The experience of reading a book may often be said to be a reflective one, but seldom is the term “reflective” applied as literally to a book as it can be to the little 18th century volume shown in the image to the left bearing the title, Toujours de l’amour: Almanach nouveau sur les plus jolis airs (Penn Libraries PQ1989.J36 T68 1792). This tiny book, produced in the 1790’s in France, and only 3.75 inches high by 2.25 inches wide, has a small mirror attached to the inside of the front cover, which is lined in pink silk and trimmed with gold braid. The book is just the size of a make-up compact, and it is easy to imagine it serving the purpose of allowing an 18th century owner to discretely powder her nose, or perhaps to catch a reflected view of someone interesting in another part of the room without being too obvious. And, as you can see, this mirror reflects a sexy little image of a nude lady sitting on a stack of books while an elaborately dressed suitor bows before her, plumed hat in hand. Continue reading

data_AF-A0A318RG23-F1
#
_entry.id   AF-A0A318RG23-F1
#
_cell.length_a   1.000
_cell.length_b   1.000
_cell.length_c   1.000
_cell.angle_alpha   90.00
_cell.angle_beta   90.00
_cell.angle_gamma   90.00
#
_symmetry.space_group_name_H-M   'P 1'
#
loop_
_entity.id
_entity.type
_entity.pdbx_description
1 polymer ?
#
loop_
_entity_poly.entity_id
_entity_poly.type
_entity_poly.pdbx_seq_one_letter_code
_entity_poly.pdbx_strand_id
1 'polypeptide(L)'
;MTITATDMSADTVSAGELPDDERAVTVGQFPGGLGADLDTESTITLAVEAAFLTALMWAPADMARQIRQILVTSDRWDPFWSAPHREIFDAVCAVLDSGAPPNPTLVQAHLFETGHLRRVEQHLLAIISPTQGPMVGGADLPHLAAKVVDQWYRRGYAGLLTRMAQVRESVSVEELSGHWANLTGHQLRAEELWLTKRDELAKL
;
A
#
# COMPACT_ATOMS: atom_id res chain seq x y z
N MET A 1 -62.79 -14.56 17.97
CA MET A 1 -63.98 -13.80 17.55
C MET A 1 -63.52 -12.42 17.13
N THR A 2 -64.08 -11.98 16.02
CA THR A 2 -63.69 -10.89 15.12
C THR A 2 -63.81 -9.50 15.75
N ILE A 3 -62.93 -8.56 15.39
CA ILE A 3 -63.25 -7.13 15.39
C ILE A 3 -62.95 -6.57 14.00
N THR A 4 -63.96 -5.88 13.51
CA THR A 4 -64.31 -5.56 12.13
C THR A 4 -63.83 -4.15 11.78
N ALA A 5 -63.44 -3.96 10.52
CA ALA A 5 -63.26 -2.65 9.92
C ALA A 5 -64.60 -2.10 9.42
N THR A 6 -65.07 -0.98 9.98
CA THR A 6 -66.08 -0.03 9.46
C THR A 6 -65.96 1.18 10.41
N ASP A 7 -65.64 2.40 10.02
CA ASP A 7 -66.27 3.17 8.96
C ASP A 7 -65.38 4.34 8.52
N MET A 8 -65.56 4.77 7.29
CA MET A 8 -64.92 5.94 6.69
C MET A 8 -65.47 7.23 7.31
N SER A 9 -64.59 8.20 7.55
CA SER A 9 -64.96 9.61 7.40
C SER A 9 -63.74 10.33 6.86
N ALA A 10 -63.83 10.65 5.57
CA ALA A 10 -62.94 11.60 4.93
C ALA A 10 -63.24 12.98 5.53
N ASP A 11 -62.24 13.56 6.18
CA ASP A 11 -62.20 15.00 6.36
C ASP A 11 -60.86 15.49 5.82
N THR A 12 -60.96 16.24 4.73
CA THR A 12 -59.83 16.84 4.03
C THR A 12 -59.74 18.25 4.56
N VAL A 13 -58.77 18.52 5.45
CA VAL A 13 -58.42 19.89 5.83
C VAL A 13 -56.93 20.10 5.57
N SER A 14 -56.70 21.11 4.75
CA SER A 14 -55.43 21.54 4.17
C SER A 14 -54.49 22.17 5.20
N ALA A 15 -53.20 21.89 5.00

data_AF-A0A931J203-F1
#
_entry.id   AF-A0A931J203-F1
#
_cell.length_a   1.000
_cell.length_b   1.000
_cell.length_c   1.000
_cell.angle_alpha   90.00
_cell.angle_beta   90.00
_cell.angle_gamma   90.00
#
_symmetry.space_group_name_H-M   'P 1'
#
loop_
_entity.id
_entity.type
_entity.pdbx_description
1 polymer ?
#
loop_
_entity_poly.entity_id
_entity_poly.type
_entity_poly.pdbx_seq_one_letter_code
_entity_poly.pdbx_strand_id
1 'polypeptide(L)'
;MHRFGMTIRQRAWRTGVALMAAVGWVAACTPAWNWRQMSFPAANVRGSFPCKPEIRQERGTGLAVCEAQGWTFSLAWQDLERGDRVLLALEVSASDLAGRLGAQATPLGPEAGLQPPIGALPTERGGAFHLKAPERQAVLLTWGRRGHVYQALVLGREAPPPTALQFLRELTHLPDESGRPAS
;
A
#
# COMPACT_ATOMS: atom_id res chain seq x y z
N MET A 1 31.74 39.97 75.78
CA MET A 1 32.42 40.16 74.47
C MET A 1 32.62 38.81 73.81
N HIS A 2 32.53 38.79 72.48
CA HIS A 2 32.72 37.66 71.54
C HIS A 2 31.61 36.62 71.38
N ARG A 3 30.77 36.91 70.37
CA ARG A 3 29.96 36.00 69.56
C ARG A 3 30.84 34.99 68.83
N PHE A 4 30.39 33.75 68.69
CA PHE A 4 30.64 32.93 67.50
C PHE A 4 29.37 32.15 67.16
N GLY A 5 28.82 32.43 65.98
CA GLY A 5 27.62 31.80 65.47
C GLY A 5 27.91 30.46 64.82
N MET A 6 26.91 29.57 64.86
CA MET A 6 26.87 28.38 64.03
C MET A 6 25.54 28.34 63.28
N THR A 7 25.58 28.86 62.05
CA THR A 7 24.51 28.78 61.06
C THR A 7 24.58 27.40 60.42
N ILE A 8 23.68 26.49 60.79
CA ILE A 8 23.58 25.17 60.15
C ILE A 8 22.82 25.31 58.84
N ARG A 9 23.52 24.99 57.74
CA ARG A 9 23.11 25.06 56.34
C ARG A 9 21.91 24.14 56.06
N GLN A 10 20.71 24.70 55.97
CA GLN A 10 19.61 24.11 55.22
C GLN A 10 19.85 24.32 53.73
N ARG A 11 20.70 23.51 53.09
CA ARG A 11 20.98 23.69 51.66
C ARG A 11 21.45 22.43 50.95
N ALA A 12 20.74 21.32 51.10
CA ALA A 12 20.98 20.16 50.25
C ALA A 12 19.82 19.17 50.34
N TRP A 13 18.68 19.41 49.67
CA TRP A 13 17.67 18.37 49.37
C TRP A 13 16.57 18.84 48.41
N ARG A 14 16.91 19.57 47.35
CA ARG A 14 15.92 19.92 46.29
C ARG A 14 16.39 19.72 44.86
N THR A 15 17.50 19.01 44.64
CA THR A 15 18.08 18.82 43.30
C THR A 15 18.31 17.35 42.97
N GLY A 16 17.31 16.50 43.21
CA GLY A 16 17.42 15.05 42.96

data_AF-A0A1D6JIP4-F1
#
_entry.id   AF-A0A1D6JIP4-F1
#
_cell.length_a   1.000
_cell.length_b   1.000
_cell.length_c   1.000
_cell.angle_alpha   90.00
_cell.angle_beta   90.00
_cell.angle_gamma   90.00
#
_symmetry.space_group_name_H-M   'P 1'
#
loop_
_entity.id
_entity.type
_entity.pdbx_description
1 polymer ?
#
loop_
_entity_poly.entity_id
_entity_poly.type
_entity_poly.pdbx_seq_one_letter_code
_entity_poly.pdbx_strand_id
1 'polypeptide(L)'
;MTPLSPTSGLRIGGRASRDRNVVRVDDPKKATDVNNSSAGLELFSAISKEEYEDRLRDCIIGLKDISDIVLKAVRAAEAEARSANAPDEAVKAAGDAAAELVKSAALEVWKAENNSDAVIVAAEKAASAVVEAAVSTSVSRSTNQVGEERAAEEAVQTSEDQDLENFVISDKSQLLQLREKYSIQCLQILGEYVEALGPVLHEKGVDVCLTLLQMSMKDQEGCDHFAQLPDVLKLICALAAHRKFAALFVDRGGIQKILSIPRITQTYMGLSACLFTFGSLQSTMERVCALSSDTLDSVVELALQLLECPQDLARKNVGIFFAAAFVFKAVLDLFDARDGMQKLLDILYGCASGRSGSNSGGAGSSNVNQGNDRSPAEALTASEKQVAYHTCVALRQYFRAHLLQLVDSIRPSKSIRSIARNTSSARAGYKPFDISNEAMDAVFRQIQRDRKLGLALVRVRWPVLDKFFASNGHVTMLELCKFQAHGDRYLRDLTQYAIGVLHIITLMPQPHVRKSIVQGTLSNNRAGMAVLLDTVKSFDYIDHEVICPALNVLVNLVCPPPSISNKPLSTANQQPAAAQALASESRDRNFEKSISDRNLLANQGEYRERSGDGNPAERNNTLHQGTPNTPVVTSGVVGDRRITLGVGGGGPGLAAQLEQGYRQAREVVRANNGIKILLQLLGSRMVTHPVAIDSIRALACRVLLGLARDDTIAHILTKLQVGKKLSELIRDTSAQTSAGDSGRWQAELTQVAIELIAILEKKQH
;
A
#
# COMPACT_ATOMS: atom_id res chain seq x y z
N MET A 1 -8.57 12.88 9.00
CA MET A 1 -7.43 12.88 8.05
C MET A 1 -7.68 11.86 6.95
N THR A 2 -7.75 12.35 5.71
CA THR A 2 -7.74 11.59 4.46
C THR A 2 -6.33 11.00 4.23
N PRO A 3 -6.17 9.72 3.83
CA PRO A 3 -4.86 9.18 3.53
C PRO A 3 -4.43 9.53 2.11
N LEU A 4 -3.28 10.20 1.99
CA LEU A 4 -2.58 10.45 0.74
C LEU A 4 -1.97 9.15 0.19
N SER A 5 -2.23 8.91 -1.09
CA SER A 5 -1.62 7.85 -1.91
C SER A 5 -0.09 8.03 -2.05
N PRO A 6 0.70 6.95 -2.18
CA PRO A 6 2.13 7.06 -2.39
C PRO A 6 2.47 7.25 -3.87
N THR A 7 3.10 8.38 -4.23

To the left is an image of William Penn’s (1644-1718) bookplate, which is pasted into the inside front cover of a copy of a 1652 edition of the typically verbose 17th century title: Samuel Hartlib his Legacie: or an Englargement of the Discourse of HUSBANDRY used in Brabant & Flaunders: Wehrein are bequeathed to the Common-wealth of England, more Outlandish and Domestick Experiments and Secrets, in reference to Universal Husbandry (Penn Libraries, EC65 H2554 651s 1652). It is easy to imagine the interest Penn might have had in this book as the man who had founded what was then known as the Province of Pennsylvania (land encompassing areas of both modern Pennsylvania and Delaware) in 1681 as a haven for the Quakers, and who had then spent many decades as the proprietor of Pennsylvania overseeing the development of the land. Hartlib’s book provides an overview of countless aspects of husbandry as practiced in different parts of Europe, offering a comparative approach to provide English readers with new ideas about how to get the most out of different kinds of land, with an appended treatise on the Husbandry and Natural History of Ireland. Perusing the subject headings of the main text reveal an assortment of topics including: “Digging, Setting and Howing,” “Smut and Mildew,” “Fruits,” “Vines,” “Dunging and Manuring Lands,” “Silke-Wormes”, “Waste Lands,” and “The Not Improvement of Our Meadows.” (That last category discusses the great importance of leaving meadows free for the purpose of grazing livestock on good “clover grasse” and other such herbage, thereby being able to make tastier cheeses). Continue reading